Power conditioning is essential for
any enterprise that wants to provide five-nines uptime.
Here are some typical power-related problems and ideal
strategies to counter them. by Soutiman Das Gupta
The word 'outage'
is likely to scare a CTO more than the man-eating shark
did in the film Jaws. And why not? An outage in your
IT infrastructure will result in loss of productivity,
management dissatisfaction, loss of revenue, loss of
transactions, and may lead to customer dissatisfaction.
may be the result of various factors: the high-tech
ones like network failures or hardware/software crashes,
or the natural ones like earthquakes, floods, and fires.
But according to
the "Cost of Downtime" survey conducted by Contingency
Planning Research Inc., power-related problems were
the most frequent reason for outage in an enterprise.
The survey also
showed that, power outages took place 25 percent of
the time, and power surges/spikes three percent of the
time. Together (28 percent), they comprised the most
common outages, and were followed by storms, floods,
hardware errors, and fire. Network outages occurred
only two percent of the time.
This shows that
while CIOs/CTOs have been busy creating redundant network
architectures with no single point of failure, the aspect
of power supply and solutions took a 'bit of a back
is a well-defined strategy to ensure that an enterprise
has continuous power availability, which is clean, steady,
and free of irregularities. It also encompasses power
redundancy in terms of backup and alternate supply.
conditioning is a subset of Business Continuity Management
(BCM). BCM's goal is to provide 100 percent business
uptime, of which power conditioning is an important
aspect. This is because electricity is the basic necessity
to run the hardware and the applications, which enable
jointly conducted by MAIT, Emerson Network Power (ENP)
India, and Feedback Consulting in 325 Indian enterprises
showed that over 60 percent firms experienced power
disruption more than once a month. And India Inc. could
be losing over Rs 20,000 crore annually, in direct losses,
due to poor power quality and operating environment
related downtime. The final bill for India Inc. would
be much higher if the indirect losses are taken into
An UPS (Uninterrupted
Power Supply) is the core component of a power conditioning
strategy. It has features like the inverter, voltage
stabilizer, and EMI/RFI filters. It also has a number
of built-in intelligent features, which take care of
most of the typical power-related problems (See box:
What can go wrong with power?). UPSs can also be managed
remotely through browsers. And this provides a lot of
But one has to
look beyond a UPS in order to deploy a total power conditioning
strategy. An enterprise also needs to plan redundancy
and backup at various levels of operation. Redundancy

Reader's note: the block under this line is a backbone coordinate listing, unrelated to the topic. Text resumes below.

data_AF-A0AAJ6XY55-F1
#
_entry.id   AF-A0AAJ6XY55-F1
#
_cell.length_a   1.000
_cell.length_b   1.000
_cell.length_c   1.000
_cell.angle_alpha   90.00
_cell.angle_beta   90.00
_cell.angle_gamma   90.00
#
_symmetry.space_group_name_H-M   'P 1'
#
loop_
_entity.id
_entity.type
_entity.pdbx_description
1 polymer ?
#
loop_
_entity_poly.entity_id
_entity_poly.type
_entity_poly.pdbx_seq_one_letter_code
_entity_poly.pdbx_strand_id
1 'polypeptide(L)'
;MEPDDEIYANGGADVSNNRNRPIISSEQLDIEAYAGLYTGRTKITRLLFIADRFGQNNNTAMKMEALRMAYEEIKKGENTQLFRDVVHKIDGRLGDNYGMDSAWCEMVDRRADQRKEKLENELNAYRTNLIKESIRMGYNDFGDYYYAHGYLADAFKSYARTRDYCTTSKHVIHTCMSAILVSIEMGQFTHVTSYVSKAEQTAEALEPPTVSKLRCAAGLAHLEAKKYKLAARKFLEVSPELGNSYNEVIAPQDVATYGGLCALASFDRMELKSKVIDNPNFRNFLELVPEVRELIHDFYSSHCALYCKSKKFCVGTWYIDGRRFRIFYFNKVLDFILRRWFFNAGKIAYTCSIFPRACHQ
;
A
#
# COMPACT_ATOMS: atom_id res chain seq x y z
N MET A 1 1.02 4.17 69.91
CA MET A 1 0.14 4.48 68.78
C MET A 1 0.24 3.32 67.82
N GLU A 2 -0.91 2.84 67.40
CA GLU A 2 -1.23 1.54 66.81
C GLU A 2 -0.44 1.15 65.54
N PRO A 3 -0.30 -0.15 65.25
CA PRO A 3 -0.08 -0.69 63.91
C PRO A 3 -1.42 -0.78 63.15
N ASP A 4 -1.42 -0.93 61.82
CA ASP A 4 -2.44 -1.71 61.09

should also be built into each zone and into all pieces
of equipment. Ground faults and wrong wiring issues
have to be dealt with. And the success of the solution
has to be reviewed through audits and checks.
UPSs do not usually take care of all the power-related
problems. For example, a UPS must have an isolation
transformer (to protect from EMI/RFI noise) in its output
circuit to qualify as a power conditioner.
|Click on image for larger
|An ideal power conditioning
An ideal power
An ideal strategy
is one that encompasses all power-related problems.
In large enterprises, power conditioning is usually
the shared responsibility of the Operations Manager
and the IT Head. In smaller enterprises, the IT Head
should be the one to swing into action.
It is difficult
to suggest an ideal strategy since different companies
from different verticals have different business and
needs. But one may use a broad framework.
1. At the point/gateway
where the power enters your enterprise from the electric
supply, there needs to be an automatic transfer switch.
This is because most companies will have a backup diesel
generator set. The transfer switch swaps between the
two feeds. You can install a manual transfer switch,
but it needs a person to be deployed at the site around
the clock. An automatic transfer switch is useful especially
in the case of remote locations.
2. Power from the
transfer switch flows into a surge suppresser. This
controls any high power fluctuations, which are likely
to damage equipment. It has somewhat the same functions
as that of a domestic PC spike buster, but on a larger
3. AC power now
passes through an UPS which has a battery backup and
automatically switches over to the alternative supply
in case of outages. The power is now distributed to
various departments and sections of an enterprise through
a power distribution cabinet. Some telecom switches
and equipment require DC supply. In this case the company
needs to set up DC power systems and interfaces.
4. Cables must
be robust and the conduits and pipes must be laid according
to safety principles. The embedded AC/DC power supply
is also critical. This is the power supply grid present
inside servers, switches, and other devices. Critical
hardware should have dual power grids, so that one acts
5. The customer
also has to evaluate and identify the critical areas
for which uptime needs to be enhanced. There may be
possibility of distribution faults or some fault in
the facility. An enterprise can deploy dual power supplies,
dual distribution equipment, and static switches at
the load end.
6. The capability
to monitor operations from remote locations has emerged
as an important feature for any solution. So, all these
solutions should allow browser-based monitoring. Information
of impending failures like a weak battery bank and alarm
conditions which need manual intervention, can be retrieved
from anywhere in the world.
software can also send SMS and e-mail messages as alerts.
The remote monitoring and message delivery functions
should be closely integrated with the customer's backend
7. As a part of
a complete power solution offering, all the equipment
has to be wrapped around by services. Servicing starts
right from pre-sales and carries on as a life-long commitment
made by the power vendor to its customers.
Manoj John, Industry
Manager, Industrial Technologies Practice, Frost &
Sullivan (India) feels that the extent of damage to
an organization in case of a power outage differs from
one company to the other. Downtime cost can be calculated
using a formula based on a number of common cost factors
which reflect business realities.
Some common cost
- User productivity
- Revenue or transaction impact
- IT productivity
- Lost future revenue
- Market impact